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Ankylosing Spondylitis

What Is AS?

Your lower back pain could be from a type of inflammatory arthritis called axial spondyloarthritis or ankylosing spondylitis, or AS for short. This type of back pain is different from mechanical causes of back pain, which occur because of muscle strain, disc issues, or other problems with the way the different parts of your spine work. With AS, inflammation in the spine and sacroiliac joints (where the spine connects to the pelvis) is what causes your pain, stiffness, and other AS symptoms.

When there is damage that shows up on imaging like an X-ray, the disease is called ankylosing spondylitis. When there are similar symptoms but no visible damage on imaging, it’s called non-radiographic axial spondyloarthritis (nr-AxSpA).

Common AS Symptoms

  • Pain that gets worse with inactivity or rest and better with movement
  • Pain in your ribcage, such as when you exhale
  • Pain in your heel or foot
  • ‘Alternating buttock pain’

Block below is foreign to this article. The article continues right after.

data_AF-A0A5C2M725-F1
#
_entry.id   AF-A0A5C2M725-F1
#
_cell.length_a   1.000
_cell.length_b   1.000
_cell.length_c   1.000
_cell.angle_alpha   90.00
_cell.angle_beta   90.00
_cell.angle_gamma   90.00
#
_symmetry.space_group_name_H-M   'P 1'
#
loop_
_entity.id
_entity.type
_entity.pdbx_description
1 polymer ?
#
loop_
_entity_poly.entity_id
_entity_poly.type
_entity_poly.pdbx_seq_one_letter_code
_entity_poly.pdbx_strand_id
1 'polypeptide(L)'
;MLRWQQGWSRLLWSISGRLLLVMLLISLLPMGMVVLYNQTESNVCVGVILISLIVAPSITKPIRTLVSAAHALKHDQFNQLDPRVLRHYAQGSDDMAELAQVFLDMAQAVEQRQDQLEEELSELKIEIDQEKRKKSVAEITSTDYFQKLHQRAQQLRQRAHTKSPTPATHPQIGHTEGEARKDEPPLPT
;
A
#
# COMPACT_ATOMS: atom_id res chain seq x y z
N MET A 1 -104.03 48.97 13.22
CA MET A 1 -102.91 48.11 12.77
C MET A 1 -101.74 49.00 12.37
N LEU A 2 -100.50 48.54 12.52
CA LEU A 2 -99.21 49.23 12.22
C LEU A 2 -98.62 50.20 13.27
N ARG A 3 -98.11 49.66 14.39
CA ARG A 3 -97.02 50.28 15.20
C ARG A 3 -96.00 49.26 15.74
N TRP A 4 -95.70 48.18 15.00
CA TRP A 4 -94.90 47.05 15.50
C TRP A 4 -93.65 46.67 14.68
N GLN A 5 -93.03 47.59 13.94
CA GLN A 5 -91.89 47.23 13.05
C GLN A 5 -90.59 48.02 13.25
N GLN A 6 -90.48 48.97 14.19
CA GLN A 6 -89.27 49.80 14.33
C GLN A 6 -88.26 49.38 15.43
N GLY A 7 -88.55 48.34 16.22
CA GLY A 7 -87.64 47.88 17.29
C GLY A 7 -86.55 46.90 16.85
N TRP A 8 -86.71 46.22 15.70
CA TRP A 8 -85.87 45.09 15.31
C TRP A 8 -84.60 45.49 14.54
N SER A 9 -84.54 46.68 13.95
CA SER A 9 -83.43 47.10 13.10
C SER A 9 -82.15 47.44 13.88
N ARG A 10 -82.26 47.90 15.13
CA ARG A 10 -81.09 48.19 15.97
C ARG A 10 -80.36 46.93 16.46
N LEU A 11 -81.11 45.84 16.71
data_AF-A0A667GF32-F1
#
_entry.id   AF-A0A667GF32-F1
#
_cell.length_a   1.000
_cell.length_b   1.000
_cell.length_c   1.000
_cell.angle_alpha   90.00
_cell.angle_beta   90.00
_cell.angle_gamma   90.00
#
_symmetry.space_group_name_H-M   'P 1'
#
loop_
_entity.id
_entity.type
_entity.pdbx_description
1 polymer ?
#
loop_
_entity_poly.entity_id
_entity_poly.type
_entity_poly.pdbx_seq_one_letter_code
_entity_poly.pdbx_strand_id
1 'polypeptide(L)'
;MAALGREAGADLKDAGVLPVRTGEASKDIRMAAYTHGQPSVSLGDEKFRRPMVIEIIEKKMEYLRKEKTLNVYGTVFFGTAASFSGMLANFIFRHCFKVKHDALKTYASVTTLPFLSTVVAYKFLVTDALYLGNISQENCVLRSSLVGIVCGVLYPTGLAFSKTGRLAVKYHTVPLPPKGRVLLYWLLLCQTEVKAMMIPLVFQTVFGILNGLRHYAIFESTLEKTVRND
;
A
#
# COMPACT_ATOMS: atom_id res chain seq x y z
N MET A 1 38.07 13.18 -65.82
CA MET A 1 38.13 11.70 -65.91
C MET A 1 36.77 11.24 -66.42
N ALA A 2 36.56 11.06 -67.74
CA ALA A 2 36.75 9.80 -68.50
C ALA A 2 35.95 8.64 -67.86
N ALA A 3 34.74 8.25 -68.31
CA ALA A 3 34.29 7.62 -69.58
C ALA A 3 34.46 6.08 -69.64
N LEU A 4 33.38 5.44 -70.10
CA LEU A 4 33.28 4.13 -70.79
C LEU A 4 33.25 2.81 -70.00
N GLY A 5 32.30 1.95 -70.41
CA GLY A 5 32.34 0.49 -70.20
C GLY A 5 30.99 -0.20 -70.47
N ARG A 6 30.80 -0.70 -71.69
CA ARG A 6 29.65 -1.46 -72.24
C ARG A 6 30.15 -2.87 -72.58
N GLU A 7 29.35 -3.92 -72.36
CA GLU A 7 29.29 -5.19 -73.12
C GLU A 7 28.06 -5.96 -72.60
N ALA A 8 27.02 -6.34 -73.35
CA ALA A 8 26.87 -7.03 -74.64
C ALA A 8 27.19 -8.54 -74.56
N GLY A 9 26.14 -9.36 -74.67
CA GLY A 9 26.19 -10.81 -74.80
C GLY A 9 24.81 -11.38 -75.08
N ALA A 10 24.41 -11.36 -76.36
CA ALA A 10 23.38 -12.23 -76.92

• Diarrhea, bloating, or GI symptoms
  • Eye redness or irritation (called uveitis)
  • Psoriasis
  • Fatigue

What To Do Next

Over time, and if left untreated, AS can cause spinal bones to fuse together. However, certain medications, such as non-steroidal anti-inflammatory drugs (NSAIDs) and biologics, can reduce inflammation and help improve pain, stiffness, function, and quality of life. Lifestyle changes can help too.

It is very important that you see a health care provider and let them know you think you could be at risk of having AS. Your primary care doctor, such as an internist or family medicine doctor, is a good place to start. They will likely refer you to an arthritis specialist called a rheumatologist for a thorough evaluation.

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